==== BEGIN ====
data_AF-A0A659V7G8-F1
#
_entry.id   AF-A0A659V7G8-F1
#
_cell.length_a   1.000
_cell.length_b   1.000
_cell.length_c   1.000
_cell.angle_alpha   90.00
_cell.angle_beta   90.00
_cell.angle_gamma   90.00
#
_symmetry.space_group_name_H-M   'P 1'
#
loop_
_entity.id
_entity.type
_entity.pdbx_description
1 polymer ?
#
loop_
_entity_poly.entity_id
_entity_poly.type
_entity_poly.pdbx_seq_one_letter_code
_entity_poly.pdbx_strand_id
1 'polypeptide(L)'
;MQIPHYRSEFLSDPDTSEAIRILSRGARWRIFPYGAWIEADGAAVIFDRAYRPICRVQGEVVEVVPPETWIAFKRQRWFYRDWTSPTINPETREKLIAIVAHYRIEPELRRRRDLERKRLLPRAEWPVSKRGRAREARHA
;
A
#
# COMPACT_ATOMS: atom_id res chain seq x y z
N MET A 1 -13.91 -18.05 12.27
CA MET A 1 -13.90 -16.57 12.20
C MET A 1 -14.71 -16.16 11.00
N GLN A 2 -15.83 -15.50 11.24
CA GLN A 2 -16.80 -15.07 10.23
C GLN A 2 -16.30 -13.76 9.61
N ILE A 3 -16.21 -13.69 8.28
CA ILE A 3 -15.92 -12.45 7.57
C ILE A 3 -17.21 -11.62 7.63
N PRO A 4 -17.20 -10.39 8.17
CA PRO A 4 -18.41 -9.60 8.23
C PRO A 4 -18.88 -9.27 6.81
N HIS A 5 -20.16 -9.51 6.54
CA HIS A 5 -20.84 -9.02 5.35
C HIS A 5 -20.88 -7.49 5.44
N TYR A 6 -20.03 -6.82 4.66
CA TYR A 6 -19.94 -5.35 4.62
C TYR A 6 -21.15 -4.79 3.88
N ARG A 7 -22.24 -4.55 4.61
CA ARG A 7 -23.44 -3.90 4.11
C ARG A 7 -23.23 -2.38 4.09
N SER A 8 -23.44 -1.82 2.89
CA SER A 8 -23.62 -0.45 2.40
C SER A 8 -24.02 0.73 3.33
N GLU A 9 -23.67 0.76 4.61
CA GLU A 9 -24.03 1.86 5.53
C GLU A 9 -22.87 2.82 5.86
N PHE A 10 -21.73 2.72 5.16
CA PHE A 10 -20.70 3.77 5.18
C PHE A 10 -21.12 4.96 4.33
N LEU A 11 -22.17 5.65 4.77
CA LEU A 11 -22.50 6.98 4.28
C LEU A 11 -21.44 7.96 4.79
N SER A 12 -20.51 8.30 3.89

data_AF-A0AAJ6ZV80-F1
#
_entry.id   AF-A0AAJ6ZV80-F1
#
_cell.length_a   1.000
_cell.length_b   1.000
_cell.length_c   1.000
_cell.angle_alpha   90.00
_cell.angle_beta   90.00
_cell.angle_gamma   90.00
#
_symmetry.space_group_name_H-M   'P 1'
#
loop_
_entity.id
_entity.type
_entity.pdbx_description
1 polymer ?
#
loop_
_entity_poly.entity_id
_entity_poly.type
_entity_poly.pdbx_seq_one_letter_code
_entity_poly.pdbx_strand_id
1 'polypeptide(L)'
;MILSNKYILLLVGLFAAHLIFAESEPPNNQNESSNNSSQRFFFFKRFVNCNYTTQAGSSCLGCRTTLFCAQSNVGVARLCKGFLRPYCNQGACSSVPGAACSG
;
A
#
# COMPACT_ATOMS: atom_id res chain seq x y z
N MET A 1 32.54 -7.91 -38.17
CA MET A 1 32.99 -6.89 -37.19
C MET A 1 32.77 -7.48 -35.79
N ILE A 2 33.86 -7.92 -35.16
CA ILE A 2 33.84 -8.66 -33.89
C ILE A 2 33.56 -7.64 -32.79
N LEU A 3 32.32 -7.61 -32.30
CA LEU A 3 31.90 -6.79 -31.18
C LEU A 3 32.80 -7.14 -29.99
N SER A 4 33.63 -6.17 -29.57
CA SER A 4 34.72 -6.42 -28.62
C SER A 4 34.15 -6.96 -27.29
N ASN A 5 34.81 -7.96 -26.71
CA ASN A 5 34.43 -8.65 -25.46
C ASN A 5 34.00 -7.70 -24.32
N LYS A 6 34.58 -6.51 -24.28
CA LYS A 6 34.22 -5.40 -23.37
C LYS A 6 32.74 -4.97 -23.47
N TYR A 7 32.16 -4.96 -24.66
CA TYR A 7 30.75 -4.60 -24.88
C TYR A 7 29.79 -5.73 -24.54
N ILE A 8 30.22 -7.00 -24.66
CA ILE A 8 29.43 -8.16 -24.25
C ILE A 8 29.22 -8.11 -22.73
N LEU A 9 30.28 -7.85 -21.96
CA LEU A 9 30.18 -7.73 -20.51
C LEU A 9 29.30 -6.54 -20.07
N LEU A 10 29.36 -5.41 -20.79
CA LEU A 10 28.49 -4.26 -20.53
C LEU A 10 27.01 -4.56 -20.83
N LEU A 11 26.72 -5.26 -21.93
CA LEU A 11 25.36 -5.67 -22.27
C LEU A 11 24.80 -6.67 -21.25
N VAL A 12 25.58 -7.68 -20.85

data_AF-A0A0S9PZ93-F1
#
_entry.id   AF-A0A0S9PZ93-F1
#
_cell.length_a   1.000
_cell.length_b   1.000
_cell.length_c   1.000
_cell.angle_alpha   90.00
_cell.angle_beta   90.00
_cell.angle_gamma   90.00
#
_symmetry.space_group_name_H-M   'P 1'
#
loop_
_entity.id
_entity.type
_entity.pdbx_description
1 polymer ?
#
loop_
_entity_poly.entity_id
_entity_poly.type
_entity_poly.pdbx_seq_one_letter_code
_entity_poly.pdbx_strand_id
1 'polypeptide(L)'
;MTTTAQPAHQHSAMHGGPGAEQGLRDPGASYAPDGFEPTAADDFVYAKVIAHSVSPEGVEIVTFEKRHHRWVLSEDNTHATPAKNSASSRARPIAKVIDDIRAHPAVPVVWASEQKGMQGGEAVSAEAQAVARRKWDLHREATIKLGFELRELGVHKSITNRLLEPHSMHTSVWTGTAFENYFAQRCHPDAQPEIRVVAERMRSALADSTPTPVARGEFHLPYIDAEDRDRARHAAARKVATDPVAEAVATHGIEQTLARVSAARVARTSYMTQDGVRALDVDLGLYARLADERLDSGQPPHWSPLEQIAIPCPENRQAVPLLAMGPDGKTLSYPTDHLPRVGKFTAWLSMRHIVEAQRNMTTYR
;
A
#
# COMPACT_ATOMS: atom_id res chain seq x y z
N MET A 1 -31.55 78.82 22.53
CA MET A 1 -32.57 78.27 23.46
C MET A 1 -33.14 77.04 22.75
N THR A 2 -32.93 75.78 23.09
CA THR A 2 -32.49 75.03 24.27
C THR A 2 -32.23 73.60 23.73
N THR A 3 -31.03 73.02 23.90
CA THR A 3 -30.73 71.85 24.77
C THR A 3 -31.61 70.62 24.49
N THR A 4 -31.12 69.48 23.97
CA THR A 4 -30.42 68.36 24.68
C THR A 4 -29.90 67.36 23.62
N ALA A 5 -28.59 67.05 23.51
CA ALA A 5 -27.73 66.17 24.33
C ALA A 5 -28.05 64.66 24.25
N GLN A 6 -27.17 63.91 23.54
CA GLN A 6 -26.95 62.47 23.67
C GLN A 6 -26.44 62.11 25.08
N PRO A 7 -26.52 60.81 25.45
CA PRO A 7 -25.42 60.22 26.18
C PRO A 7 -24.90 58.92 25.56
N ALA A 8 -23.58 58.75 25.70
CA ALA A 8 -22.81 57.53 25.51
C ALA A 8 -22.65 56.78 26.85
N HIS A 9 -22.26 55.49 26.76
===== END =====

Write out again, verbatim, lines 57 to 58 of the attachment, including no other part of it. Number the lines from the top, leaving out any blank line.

C GLU A 9 -22.87 2.82 5.86
N PHE A 10 -21.73 2.72 5.16